Yet, again, there is need for balance. "Health itself is not to be a preoccupation. It should be a part of the Christian pattern of life and rather automatic in operation. An overriding preoccupation with health can be a form of idolatry that gets in the way of a satisfying relationship with God. Health is to enable service to God, but is not an end in itself."--Leo R. Van Dolson and J. Robert Spangler, Healthy, Happy, Holy (Washington, D.C.: Review and Herald® Publishing Association, 1975), p. 43.
Take a good look at all your health habits, not just diet. What do you need to improve on? What changes can and should you make? What holds you back from doing what you know is right?


Our Material Possessions

Christian stewardship is emphatically not just about money. But, just as emphatically, it also is about money. Money is an essential part of our lives and does play a central role in stewardship.

Read the following texts: Lev. 27:30, Deut. 8:18, Ps. 50:12, Mal. 3:8-10, Matt. 6:31, Matt. 23:23. What lessons do you draw from them? Compare your answers with what follows below:

Fact number one: Everything begins with God. God owns everything. And He gives us the strength to work and make a living. Those who say It is all my own hard work, forget a vital truth, which is that it was God alone who enabled them to earn what they did.

Fact number two: God takes first place in all we have and do, including in our use of money. Before you spend any part of your money, make sure you have set aside your tithes and offerings. Then spend the rest responsibly, always aware that stewardship extends to the use of whatever money you have been entrusted with.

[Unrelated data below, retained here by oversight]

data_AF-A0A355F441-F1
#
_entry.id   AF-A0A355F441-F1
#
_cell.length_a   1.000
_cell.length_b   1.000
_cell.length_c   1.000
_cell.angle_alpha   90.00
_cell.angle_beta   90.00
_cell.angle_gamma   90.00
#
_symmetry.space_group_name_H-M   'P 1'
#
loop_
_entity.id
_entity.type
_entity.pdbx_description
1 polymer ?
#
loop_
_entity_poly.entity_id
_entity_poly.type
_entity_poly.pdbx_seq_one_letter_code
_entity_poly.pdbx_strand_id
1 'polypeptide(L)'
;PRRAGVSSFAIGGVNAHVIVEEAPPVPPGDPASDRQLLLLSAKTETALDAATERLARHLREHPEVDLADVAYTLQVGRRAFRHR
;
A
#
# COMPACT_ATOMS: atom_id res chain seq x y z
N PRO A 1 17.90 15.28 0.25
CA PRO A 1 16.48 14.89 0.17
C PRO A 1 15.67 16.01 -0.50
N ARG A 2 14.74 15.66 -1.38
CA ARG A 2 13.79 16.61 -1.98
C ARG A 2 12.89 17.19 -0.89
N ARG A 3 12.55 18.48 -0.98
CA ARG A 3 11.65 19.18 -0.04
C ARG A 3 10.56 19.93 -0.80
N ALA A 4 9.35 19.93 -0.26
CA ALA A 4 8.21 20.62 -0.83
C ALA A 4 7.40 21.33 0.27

Fact number three: God expects His people to return to Him at least ten percent of their wealth. That was the rule in the Old Testament, and that principle has never been rescinded. In Old Testament times the tithes were received by the priests and used for the support of the sanctuary services. Likewise, today our tithes are received and used for financing the worldwide gospel commission that God has entrusted to His church.

Fact number four: The more we give, the more we are blessed. Try it, and you'll see for yourself the truth of the words that " 'it is more blessed to give than to receive' " (Acts 20:35, NIV).
There's an old English saying, "Let him put his money where his mouth is." The idea is that people can talk about how much they believe in something, but unless they are willing to put some of their money into it, the talk is meaningless. How does the act of giving tithes and offerings reveal where our heart really is? What does your giving reveal about your faith?


While We Are Waiting

There is an important dimension in the parables about the talents and the pounds that we must not miss. In Matthew 25 "the master" (vs. 19, NIV) went on an extensive journey and returned after a long time to settle the accounts with his servants. In Luke 19 we are told that the " 'man of noble birth' " (vs. 12, NIV) went to a distant country. While on his mission, He was made king and then "returned home" (vs. 15, NIV).

Jesus clearly referred to Himself. He wanted His disciples to know that He was going away and that it would take a while before He would come back. But when He returns He will ask for an account of what was done with what we have been given.